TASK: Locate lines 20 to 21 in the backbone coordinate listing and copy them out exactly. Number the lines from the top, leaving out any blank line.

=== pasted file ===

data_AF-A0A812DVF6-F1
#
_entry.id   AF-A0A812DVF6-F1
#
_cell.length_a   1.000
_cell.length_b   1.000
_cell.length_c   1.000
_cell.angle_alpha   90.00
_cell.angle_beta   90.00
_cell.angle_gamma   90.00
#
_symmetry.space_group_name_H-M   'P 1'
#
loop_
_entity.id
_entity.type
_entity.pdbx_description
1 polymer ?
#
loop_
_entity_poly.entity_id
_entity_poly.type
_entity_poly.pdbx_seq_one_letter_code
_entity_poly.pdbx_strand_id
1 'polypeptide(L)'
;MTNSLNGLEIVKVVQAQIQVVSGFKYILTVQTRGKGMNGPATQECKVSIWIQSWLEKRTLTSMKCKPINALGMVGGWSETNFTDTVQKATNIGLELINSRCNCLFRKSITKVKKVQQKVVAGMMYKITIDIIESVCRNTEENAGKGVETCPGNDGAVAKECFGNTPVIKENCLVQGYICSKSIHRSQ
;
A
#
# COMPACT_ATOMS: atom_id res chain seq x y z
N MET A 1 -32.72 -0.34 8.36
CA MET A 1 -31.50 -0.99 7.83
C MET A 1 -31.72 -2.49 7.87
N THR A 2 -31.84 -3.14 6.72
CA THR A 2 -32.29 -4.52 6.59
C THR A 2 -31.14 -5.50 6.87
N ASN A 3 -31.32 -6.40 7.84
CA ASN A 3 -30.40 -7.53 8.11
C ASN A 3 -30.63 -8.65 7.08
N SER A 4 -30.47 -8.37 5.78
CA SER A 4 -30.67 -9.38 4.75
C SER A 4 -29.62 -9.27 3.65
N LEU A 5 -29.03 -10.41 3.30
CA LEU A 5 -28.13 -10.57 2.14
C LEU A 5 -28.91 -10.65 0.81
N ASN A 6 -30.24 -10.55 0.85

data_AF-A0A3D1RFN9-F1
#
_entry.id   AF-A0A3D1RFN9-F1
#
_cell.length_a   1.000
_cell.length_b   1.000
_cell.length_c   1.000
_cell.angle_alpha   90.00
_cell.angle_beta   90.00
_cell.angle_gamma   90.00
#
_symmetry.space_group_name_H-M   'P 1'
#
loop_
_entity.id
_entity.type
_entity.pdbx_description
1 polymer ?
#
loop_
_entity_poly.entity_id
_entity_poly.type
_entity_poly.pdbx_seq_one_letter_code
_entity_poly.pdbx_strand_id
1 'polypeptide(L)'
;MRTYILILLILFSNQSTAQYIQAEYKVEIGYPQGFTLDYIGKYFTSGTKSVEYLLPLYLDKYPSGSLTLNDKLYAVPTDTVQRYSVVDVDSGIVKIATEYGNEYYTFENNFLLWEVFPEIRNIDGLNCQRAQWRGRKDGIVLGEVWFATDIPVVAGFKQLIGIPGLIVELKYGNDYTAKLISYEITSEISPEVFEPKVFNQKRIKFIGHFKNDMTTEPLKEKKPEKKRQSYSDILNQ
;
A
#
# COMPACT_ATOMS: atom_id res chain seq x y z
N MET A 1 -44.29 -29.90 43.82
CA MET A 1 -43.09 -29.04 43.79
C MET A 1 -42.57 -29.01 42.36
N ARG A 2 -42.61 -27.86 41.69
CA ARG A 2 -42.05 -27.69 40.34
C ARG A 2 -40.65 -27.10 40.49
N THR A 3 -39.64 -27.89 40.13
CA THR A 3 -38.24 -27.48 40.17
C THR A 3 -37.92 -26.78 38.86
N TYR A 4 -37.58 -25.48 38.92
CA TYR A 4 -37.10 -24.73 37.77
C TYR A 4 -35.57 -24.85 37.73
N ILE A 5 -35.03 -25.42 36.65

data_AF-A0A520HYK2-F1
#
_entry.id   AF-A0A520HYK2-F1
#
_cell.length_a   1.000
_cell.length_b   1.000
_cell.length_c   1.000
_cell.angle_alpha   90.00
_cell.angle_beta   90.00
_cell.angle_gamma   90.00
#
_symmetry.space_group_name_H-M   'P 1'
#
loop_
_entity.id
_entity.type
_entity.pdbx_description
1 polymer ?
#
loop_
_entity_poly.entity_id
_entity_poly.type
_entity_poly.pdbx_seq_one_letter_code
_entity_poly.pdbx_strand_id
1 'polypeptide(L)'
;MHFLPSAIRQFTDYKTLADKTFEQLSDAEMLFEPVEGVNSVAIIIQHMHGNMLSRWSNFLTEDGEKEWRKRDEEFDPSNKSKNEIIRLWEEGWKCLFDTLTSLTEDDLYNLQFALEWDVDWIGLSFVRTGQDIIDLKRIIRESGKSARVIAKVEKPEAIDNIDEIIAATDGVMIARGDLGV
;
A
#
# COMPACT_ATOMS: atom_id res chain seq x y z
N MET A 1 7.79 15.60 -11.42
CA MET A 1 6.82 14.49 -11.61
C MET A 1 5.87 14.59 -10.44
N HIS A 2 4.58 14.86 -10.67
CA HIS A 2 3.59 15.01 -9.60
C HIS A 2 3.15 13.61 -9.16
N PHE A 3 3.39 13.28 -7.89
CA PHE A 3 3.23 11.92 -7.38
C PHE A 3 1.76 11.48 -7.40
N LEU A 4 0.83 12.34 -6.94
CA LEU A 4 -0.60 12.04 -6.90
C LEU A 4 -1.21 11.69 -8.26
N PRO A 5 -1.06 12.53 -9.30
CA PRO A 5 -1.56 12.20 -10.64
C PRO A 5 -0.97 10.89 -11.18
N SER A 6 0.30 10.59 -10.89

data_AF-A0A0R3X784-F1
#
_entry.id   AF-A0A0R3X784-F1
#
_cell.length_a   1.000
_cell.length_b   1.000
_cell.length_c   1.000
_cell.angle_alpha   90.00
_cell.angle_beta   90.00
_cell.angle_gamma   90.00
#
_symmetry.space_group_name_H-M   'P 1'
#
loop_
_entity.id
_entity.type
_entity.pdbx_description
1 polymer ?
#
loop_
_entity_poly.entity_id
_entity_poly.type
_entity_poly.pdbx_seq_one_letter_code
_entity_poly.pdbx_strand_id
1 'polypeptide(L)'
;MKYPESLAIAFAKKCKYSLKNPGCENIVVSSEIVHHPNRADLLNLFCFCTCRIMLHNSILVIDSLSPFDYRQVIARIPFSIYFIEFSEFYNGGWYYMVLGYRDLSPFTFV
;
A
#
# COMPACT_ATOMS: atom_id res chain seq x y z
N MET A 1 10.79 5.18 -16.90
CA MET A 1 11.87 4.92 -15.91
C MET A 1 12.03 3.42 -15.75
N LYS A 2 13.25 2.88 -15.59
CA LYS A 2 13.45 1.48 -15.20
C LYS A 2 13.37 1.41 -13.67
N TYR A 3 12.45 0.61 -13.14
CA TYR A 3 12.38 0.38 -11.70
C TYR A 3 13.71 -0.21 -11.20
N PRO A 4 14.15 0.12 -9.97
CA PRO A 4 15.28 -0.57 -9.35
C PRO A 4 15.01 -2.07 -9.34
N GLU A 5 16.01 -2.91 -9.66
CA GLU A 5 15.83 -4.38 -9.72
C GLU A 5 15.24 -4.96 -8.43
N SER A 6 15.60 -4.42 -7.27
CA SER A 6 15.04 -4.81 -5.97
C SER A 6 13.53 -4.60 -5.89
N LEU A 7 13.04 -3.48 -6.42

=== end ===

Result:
loop_
_entity_poly.entity_id